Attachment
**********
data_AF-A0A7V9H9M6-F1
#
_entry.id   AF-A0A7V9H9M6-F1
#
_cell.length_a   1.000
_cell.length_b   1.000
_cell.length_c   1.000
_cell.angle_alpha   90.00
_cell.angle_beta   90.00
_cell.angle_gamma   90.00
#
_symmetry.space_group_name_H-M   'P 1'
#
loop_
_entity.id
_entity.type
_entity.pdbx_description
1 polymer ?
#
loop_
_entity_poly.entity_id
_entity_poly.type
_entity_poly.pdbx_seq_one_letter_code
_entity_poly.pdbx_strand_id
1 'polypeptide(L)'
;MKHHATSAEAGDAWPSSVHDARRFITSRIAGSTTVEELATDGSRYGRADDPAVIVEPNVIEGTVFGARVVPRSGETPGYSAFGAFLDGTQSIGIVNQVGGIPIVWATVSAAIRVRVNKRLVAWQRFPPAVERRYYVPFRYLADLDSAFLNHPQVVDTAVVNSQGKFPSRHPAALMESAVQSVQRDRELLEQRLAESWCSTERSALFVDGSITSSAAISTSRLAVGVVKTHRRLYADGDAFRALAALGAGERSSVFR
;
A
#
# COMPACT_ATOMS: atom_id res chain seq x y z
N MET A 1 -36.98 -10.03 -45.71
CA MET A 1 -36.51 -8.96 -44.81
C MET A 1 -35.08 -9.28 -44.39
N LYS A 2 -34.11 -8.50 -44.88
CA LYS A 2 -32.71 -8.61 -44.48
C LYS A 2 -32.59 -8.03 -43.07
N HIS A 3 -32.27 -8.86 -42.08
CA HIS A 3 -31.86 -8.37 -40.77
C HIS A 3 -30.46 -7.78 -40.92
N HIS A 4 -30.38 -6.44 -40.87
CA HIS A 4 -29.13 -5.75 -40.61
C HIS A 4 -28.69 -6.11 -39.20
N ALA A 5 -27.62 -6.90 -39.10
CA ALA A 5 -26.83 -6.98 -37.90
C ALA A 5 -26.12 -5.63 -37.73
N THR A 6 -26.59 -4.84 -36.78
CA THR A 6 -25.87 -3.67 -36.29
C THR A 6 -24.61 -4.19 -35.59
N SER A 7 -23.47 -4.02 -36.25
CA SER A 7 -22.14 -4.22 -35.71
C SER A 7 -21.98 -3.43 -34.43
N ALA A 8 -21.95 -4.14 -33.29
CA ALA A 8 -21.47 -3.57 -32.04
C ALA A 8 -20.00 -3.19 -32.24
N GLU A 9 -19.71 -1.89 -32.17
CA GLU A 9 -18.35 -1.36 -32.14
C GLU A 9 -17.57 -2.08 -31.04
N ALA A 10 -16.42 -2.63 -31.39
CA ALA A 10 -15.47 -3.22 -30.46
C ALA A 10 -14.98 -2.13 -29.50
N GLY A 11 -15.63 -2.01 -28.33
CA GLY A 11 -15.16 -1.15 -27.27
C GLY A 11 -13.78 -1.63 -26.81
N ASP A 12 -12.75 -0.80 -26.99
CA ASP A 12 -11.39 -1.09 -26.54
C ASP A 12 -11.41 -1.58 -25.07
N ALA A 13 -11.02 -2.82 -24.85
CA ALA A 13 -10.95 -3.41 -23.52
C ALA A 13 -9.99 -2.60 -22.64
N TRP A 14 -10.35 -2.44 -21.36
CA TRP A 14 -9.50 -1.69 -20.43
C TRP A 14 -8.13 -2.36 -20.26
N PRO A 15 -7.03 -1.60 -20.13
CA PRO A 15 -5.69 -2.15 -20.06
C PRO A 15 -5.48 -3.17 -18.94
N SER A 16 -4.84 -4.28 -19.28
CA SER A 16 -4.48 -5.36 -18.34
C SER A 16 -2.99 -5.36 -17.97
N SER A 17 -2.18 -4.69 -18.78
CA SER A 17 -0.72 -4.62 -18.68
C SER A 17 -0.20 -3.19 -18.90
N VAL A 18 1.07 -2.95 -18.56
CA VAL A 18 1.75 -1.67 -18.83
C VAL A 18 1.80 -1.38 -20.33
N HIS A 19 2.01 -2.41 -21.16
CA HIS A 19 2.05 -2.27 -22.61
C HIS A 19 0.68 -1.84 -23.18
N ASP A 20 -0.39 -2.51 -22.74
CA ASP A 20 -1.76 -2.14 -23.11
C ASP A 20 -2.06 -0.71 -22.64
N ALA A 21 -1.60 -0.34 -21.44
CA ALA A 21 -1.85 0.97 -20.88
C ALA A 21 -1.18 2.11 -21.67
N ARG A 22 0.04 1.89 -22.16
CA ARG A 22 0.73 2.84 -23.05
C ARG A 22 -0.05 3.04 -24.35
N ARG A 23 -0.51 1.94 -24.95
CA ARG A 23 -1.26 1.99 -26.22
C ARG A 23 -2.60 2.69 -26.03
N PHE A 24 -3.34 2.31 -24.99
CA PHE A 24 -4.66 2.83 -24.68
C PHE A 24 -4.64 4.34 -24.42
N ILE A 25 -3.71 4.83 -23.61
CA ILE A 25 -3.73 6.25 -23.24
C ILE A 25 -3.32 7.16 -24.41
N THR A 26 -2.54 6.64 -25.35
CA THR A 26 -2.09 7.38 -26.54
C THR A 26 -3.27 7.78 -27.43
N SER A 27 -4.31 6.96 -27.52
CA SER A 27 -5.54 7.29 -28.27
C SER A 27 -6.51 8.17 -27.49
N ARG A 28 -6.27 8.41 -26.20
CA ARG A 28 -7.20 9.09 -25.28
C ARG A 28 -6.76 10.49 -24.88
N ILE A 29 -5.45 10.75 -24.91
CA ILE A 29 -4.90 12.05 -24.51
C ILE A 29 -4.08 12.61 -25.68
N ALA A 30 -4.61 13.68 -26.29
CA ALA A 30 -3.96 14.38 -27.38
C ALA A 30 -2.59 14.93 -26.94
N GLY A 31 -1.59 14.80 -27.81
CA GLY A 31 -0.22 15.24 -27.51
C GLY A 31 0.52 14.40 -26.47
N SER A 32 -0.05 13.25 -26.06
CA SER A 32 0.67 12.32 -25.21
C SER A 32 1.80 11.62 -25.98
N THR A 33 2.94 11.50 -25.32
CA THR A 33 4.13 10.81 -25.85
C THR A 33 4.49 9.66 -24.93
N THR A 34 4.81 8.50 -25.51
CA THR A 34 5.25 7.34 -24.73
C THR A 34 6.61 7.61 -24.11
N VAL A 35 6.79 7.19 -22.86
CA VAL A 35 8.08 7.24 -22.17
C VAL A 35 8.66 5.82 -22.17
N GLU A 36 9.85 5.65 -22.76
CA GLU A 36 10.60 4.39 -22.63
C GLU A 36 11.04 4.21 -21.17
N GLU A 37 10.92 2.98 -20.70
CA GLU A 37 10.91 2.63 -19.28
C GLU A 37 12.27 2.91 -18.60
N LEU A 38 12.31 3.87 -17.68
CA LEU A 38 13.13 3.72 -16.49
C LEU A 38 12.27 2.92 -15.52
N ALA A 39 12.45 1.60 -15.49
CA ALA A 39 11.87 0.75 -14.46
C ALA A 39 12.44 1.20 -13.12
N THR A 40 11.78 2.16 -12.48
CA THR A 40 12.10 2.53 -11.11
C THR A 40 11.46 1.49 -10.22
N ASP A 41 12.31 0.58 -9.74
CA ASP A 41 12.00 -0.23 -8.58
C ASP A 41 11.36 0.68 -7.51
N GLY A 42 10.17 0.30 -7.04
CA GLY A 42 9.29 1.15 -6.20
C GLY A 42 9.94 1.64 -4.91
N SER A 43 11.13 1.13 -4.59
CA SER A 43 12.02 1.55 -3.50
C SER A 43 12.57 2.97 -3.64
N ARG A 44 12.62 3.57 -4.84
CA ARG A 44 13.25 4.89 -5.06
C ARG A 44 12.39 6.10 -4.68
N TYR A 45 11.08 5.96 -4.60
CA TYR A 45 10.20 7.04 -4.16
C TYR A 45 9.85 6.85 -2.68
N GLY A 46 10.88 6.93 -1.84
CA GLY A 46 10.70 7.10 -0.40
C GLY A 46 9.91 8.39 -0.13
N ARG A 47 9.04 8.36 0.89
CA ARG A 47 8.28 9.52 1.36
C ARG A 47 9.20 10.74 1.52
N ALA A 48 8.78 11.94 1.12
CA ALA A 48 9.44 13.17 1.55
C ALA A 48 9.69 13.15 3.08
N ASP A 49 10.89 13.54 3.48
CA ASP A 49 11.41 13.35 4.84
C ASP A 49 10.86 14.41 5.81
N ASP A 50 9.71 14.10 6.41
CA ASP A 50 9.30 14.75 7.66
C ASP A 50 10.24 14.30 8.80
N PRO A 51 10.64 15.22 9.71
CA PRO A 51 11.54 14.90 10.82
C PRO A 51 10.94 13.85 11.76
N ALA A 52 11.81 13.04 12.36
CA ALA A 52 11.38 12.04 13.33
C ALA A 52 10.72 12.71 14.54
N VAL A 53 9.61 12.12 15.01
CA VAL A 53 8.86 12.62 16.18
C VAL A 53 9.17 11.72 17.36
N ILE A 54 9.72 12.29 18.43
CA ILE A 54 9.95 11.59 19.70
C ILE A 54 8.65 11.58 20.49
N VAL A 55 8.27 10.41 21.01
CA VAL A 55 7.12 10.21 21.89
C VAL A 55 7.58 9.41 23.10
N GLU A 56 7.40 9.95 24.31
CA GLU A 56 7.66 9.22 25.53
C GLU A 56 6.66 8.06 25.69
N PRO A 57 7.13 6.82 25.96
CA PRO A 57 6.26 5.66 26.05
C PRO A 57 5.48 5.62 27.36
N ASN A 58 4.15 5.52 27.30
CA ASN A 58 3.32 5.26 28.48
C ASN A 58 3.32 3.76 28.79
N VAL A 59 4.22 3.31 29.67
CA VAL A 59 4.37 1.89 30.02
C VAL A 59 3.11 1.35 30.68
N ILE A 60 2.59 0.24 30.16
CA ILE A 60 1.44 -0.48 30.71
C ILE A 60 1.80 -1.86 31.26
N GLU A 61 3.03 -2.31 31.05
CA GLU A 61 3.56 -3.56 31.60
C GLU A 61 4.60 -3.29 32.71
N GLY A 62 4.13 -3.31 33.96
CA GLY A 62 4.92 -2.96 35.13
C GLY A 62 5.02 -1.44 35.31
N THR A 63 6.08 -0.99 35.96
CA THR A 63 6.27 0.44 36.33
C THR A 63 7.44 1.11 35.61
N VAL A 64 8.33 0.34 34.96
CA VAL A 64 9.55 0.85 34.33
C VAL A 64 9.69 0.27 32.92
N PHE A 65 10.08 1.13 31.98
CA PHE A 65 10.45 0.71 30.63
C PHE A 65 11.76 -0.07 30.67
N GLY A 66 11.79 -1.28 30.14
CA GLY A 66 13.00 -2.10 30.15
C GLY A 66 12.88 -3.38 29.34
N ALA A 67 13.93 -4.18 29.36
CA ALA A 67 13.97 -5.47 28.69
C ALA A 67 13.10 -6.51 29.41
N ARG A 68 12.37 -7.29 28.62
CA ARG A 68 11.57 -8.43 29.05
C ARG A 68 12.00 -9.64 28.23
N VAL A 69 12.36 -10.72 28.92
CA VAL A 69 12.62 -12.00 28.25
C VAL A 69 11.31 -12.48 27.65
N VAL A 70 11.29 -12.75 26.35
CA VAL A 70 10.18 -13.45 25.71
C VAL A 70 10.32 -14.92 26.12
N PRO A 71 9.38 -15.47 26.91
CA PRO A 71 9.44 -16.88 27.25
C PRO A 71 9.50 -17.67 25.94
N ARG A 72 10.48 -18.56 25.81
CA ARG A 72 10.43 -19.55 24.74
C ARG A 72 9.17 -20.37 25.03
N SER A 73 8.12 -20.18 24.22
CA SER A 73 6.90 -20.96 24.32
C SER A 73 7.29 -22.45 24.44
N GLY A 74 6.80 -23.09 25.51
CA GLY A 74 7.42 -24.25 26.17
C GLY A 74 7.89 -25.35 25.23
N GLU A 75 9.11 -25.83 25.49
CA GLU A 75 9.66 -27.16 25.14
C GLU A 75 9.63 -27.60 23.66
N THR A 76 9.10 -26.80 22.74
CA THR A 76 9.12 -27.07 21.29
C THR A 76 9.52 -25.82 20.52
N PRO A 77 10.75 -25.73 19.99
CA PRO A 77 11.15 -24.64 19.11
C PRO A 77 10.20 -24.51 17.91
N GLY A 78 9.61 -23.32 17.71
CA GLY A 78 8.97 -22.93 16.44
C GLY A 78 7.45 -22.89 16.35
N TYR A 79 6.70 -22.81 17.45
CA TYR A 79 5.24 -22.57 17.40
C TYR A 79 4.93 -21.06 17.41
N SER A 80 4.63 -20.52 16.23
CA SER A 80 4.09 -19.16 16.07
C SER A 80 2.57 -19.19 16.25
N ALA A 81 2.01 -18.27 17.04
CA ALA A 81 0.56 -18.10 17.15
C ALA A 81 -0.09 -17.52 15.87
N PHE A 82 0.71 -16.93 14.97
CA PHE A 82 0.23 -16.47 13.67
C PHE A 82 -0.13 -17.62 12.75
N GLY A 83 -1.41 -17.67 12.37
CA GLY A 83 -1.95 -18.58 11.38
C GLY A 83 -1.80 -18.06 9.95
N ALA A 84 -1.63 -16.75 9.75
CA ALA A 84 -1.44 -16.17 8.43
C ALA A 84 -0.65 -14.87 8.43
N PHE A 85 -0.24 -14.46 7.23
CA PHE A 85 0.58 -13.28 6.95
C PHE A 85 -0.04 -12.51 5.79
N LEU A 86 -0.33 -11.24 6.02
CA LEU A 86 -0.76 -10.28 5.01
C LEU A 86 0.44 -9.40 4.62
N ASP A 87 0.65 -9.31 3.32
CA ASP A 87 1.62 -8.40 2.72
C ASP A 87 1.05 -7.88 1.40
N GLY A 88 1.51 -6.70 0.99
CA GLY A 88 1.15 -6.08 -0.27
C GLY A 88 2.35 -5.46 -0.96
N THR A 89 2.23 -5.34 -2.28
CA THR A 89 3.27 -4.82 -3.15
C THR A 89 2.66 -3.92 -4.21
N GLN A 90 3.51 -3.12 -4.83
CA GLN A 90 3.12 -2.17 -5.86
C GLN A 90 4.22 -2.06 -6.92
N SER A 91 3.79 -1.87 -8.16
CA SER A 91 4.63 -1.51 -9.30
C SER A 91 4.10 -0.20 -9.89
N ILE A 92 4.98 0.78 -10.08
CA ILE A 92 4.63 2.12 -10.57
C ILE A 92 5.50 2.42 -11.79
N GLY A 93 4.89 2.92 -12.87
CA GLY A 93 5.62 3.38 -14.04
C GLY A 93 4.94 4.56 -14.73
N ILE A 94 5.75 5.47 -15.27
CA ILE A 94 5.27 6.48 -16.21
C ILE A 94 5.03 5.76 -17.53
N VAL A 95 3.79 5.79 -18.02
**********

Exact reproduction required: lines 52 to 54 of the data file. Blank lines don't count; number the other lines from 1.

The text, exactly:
N ALA A 8 -21.95 -4.14 -33.29
CA ALA A 8 -21.47 -3.57 -32.04
C ALA A 8 -20.00 -3.19 -32.24